Legal Aid Attorneys & Volunteers Work Together: preserve good outcomes for client
Linda Woofter was excited by the possibility of owning the home that she had rented for the past 14 years. Her dreams were now within reach as she entered into a land installment contract with David Jones.* For the next year, Ms. Woofter laid down her hard-earned money to fulfill the agreement. But when the title transfer was within reach, it became apparent that Mr. Jones had no intention of fulfilling the agreement contract with Ms. Woofter. In fact, Mr. Jones was facing a tax foreclosure on the property and instead of presenting Ms. Woofter with the property title, he served her with an eviction notice. That’s when Ms. Woofter sought the assistance of Maria Smith, a supervising attorney in Legal Aid’s Housing Practice Group.
The legal wrangling that ensued stretched nearly seven years. “Ms. Woofter just wanted to stay in her home.” In June 2005, Ms. Smith filed an answer and cross-claim in the foreclosure action stating that Mr. Jones had committed fraud. Although Ms. Woofter repeatedly took time off from her job as a press operator to attend the court proceedings, Mr. Jones did not appear in court and was ordered to pay Ms. Woofter $10,500.
“In 2010, I received a notice that Mr. Jones had filed for bankruptcy. I immediately contacted Ms. Woofter, so we could then ensure that Mr. Jones would pay on the settlement,” says Ms. Smith. Lauren Gilbride, a supervising attorney in Legal Aid’s Intake Unit and Volunteer Lawyers Program, helped Ms. Smith find a pro bono bankruptcy attorney for Ms. Woofter. Volunteer attorney Stephen Hobt graciously accepted the case.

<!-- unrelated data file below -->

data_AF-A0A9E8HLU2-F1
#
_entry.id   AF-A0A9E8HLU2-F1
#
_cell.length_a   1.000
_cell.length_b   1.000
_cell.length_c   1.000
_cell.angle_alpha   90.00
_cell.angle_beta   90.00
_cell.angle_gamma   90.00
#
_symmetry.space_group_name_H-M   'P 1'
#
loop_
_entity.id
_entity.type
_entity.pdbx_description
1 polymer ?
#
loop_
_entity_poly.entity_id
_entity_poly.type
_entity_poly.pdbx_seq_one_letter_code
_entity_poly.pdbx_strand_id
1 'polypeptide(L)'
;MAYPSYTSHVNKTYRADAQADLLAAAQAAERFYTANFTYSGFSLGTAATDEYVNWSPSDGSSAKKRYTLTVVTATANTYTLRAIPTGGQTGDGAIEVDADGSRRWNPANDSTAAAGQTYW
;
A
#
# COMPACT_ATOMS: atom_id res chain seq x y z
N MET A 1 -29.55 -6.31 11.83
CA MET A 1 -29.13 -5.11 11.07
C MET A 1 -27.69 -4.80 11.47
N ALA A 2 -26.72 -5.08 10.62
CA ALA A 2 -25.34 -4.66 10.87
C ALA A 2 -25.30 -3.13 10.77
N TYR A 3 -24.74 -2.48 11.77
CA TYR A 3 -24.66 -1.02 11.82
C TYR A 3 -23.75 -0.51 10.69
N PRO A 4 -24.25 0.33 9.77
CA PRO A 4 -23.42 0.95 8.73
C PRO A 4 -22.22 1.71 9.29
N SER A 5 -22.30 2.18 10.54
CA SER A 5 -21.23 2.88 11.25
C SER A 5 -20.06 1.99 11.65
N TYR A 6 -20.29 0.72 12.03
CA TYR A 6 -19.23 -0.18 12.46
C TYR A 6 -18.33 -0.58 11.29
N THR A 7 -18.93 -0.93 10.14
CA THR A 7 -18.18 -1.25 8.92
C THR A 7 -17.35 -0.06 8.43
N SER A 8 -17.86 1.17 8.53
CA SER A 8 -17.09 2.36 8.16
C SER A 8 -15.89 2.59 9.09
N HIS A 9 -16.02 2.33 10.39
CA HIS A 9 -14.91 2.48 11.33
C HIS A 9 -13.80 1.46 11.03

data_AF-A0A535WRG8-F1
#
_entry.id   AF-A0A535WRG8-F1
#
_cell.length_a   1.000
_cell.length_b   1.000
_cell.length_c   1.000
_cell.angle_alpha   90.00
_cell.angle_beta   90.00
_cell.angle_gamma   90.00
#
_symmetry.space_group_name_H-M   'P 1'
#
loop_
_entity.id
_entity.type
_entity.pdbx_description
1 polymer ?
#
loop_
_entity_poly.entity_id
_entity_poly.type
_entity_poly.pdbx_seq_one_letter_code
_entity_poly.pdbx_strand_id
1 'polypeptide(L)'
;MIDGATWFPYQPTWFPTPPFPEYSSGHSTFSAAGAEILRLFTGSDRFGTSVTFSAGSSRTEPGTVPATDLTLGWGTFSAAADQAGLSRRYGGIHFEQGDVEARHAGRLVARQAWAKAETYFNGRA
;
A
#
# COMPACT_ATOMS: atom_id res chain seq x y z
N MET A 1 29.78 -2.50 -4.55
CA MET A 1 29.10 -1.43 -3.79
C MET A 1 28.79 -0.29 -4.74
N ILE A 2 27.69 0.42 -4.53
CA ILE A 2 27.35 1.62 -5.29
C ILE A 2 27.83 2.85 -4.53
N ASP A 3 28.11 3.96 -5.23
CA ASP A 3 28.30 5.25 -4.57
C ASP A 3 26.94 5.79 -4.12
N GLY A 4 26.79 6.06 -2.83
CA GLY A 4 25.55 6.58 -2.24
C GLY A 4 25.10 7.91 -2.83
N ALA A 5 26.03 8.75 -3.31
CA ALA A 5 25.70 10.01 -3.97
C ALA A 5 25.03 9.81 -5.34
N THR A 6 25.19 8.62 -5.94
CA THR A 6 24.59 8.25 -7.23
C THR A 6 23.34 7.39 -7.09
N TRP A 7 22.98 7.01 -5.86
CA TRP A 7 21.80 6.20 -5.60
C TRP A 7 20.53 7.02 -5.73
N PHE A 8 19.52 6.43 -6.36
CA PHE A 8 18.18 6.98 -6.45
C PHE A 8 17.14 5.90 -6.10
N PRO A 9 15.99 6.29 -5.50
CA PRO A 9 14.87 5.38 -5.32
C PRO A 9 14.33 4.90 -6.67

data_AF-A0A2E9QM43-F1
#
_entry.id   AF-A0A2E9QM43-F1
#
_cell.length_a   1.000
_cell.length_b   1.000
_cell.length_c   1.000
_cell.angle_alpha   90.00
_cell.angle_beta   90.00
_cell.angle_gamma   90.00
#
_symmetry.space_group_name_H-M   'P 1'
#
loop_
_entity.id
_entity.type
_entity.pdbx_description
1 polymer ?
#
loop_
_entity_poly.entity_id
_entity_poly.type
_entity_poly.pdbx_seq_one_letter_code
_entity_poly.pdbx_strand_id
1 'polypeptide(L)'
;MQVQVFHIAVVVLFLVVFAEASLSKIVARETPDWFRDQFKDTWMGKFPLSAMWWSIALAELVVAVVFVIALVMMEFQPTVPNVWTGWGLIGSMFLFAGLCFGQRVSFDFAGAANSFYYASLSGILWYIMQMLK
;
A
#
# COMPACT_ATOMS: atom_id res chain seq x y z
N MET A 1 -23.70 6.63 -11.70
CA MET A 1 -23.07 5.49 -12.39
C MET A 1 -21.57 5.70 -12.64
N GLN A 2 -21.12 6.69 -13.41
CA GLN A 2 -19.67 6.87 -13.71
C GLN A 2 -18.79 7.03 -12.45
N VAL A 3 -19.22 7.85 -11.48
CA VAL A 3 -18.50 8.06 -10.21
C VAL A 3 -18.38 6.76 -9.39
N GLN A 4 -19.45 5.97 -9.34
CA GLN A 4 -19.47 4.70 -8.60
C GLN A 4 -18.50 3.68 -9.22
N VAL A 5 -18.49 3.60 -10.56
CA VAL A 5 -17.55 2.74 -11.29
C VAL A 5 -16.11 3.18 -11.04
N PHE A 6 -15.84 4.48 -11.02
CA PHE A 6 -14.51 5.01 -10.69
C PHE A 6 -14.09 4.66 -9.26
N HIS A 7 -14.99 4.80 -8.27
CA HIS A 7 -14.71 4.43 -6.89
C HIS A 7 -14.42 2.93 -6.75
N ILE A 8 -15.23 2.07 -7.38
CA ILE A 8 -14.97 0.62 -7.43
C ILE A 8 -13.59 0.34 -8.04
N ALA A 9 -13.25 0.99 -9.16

Mr. Hobt, who normally accepts five to six pro bono cases a year from Legal Aid, took on this case, which was not without personal risk. Current bankruptcy law presents the possibility that if the claim is unjustified, fees can be awarded against the attorney. “Because of the help received from Legal Aid, I was able to have the debt owed to Ms. Woofter declared non-dischargeable,” says Stephen Hobt. “Ms. Smith had pushed very hard for Ms. Woofter to obtain a judgment of fraud in 2007. Without her footwork, there would have been no case in 2011.”
Although Ms. Woofter had to leave the house that she once sought to purchase because of the foreclosure, she feels satisfied that Mr. Jones was held accountable for his financial responsibility to her. She is also extremely grateful for the expertise of Legal Aid attorneys and volunteers. “Legal Aid wanted the best for me,” says Ms. Woofter. “If I had the money to spend on expensive lawyers, I could not have gotten ones as good as Ms. Smith and Mr. Hobt.”
* Opposing party’s name changed to protect privacy.